The compositions of the invention preferably contain the diepoxide constituent in an amount sufficient to enhance the high temperature processing stability of the blends as measured by the Izod impact strength. In preferred embodiments, the compositions contain from about 0.01 to about 5 weight percent of the diepoxide, from about 20 to about 99 weight percent of the polyalkylene terephthalate, and a balance of the styrenic polymer component.
The present invention will be more fully understood in view of the following examples
A polymer blend composition according to the invention was prepared by mixing the following components in a Brablender mixer (all in parts by weight)
______________________________________ ABS 55 PBT 45 Stabilizer 0.5______________________________________
The ABS was an emulsion-formed acrylonitrile, butadiene, styrene graft polymer containing (as charged) 18% acrylonitrile, 30% butadiene and 52% styrene.
The PBT was a commercial grade of polybutylene terephthalate (Valox 315 made by General Electric Company). The stabilizer comprised a bis(2,6-di-t-butylphenyl) pentaerythritol disphosphite (Ultranox 626 supplied by GE Specialty Chemicals Inc.). Test plaques were compression molded from the blend as described.
Example 1 was repeated using the same ingredients except that 0.25 pbw of a diepoxide was added to the mixture. The diepoxide was a 3,4-epoxycyclohexylmethyl 3,4-epoxycyclohexylcarboxylate.
The room temperature Izod Impact data was obtained for test plaques of the compositions of Examples 1 and 2 for a range of molding temperatures (1/8" sample, fit-lb/in). The data is set forth in Table I and is graphically represented in the FIGURE.
TABLE I______________________________________Molding Temperature ( Example 1 Example 2______________________________________450 12.4 --475 12.2 11.8500 3.5 --510 -- 11.4525 -- 9.8530 2.3 --535 -- 3.0550 -- 2.2______________________________________
Additional formulations were prepared wherein the styrenic polymer component comprised a high rubber graft mixed with a rigid styrene-acrylonitrile-alpha-methylstyrene copolymer. These compositions also included an additional portion of a high rubber graft.
The compositions had the following formulae (parts by weight):
______________________________________Composition Example 3 Example 4______________________________________PBT 35 35Styrenic polymer A 58.6 --Styrenic polymer B -- 58.6High rubber graft ABS 6.4 8.2Diepoxide 0.25 0.25Antioxidant 0.25 0.25Stabilizer 0.25 0.25______________________________________
Notes: The PBT and stabilizer are the same as were employed in Examples 1 and 2; Styrenic polymer A comprised 77 weight percent of the rigid copolymer and 23 weight percent of a first high rubber graft; Styrenic polymer B comprised 77 weight percent of the rigid copolymer and 23 weight percent of a second high rubber graft; and the Antioxidant was Mark 5177 supplied by Argus Chemical Co.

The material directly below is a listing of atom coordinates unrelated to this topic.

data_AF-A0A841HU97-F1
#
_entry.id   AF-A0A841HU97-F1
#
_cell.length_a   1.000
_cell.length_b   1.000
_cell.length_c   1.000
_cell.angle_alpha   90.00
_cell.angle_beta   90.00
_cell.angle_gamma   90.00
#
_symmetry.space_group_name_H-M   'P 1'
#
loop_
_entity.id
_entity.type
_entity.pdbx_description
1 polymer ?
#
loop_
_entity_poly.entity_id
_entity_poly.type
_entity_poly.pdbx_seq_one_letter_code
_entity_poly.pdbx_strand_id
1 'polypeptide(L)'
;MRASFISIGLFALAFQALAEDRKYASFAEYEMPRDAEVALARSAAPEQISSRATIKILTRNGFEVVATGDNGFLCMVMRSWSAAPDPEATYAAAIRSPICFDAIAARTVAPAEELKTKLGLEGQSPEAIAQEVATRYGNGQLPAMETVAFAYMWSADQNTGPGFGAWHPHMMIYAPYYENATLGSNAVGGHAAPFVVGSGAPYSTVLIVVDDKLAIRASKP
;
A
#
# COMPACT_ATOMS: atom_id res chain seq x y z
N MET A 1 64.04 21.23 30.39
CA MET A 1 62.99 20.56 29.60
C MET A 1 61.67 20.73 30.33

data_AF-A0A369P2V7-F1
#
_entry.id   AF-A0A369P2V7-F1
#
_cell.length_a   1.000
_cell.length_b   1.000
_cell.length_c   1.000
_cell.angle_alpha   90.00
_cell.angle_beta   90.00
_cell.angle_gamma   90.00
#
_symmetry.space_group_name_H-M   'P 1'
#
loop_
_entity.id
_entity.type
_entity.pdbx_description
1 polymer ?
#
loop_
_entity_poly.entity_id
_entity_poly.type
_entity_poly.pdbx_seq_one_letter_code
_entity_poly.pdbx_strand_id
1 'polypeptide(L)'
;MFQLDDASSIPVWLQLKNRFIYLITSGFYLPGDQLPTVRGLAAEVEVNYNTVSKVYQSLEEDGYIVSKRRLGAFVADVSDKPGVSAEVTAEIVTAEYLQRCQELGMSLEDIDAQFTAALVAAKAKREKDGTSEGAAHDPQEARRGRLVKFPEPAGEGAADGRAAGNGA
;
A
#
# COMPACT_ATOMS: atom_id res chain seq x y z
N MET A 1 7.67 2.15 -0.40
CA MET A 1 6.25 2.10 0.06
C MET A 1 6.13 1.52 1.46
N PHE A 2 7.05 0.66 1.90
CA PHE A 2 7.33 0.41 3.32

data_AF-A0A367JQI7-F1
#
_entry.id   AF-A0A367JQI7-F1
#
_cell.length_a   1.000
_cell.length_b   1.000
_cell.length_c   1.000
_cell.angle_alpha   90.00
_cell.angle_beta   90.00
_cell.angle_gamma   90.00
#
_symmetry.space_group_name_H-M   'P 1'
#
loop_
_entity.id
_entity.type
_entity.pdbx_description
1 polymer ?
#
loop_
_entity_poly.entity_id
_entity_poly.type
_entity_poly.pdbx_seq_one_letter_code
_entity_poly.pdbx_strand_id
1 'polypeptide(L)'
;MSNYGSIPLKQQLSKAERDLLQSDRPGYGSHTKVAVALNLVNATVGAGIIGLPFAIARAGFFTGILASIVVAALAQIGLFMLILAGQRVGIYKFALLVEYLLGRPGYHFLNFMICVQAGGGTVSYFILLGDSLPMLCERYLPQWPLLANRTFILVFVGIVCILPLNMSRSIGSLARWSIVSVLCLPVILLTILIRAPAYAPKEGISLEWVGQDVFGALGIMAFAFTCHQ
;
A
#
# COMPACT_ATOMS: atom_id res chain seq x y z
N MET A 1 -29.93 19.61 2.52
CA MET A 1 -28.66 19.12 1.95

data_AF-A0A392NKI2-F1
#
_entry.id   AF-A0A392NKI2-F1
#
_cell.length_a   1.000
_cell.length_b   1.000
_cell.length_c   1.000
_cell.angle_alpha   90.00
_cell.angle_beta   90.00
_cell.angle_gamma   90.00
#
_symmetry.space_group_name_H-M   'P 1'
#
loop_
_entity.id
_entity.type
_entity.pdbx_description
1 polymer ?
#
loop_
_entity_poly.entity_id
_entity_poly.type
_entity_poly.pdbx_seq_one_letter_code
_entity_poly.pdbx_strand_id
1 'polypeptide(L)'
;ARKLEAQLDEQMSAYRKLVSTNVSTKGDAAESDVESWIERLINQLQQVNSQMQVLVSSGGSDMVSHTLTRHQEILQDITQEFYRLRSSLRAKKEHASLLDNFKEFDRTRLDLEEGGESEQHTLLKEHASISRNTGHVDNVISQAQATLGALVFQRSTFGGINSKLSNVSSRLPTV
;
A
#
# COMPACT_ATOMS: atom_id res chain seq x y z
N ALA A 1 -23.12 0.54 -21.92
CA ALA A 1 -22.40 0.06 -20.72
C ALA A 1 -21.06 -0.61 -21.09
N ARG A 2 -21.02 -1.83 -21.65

Test specimens of the compositions were molded at 500 thoroughly tested for a broad range of physical properties. A control ABS (Cycolac X15 supplied by GE Chemicals comprising 80 weight percent of styrenic polymer A and 20 weight percent of an additional ABS graft) was used in Comparative Example 5.
TABLE II______________________________________Example 3 4 5______________________________________Chemical Resistance Rating, Honey Kiss0.5% Strain 5 5 51.0% Strain 5 5 11.5% Strain 5 5 1Melt Viscosity, 500 100 sec-1 886.9 1021.7 1090.0 500 sec-1 385.7 419.8 426.31000 sec-1 269.4 286.2 265.4Melt Flow Rate, 240 15.293 13.902 7.484Dynatup Impact Strength, 73Fail Point Average 473.86 500.83 203.46Fail Point St. Dev. 12.17 14.52 129.60Dynatup Impact Strength, -20Fail Point Average 98.48 188.24 20.47Fail Point St. Dev. 31.67 140.94 7.19Notched Izod Impact, 0.125", (kg-cm/cm) 73 1.58 37.5 22.8 0 7.1 7.1 7.6-40 3.3 3.8 3.8Notched Izod Impact, 0.250, (kg-cm/cm)RT 5.4 6.0 18.5Mold Shrinkage, (%) 0.72 0.70 0.65HDT, 0.250", ( 66 psi 108 99 109264 psi 86 88 89HDT, 0.125" , ( 66 psi 106 107 107264 psi 86 88 89Gloss2060Rockwell Hardness, R-scale 107 110 103Tensile Properties, 73Strength 449 479 461Modulus 21,550 23,240 22,890Elongation (%) 30 30 33Flexural Properties, 73Strength 710 765 789Modulus (xE5) 21,700 23,800 24,500______________________________________
The preceding examples are set forth to illustrate specific embodiments of the invention and are not intended to limit the scope of the compositions of the present invention. Additional embodiments and advantages within the scope of the claimed invention will be apparent to one of ordinary skill in the art.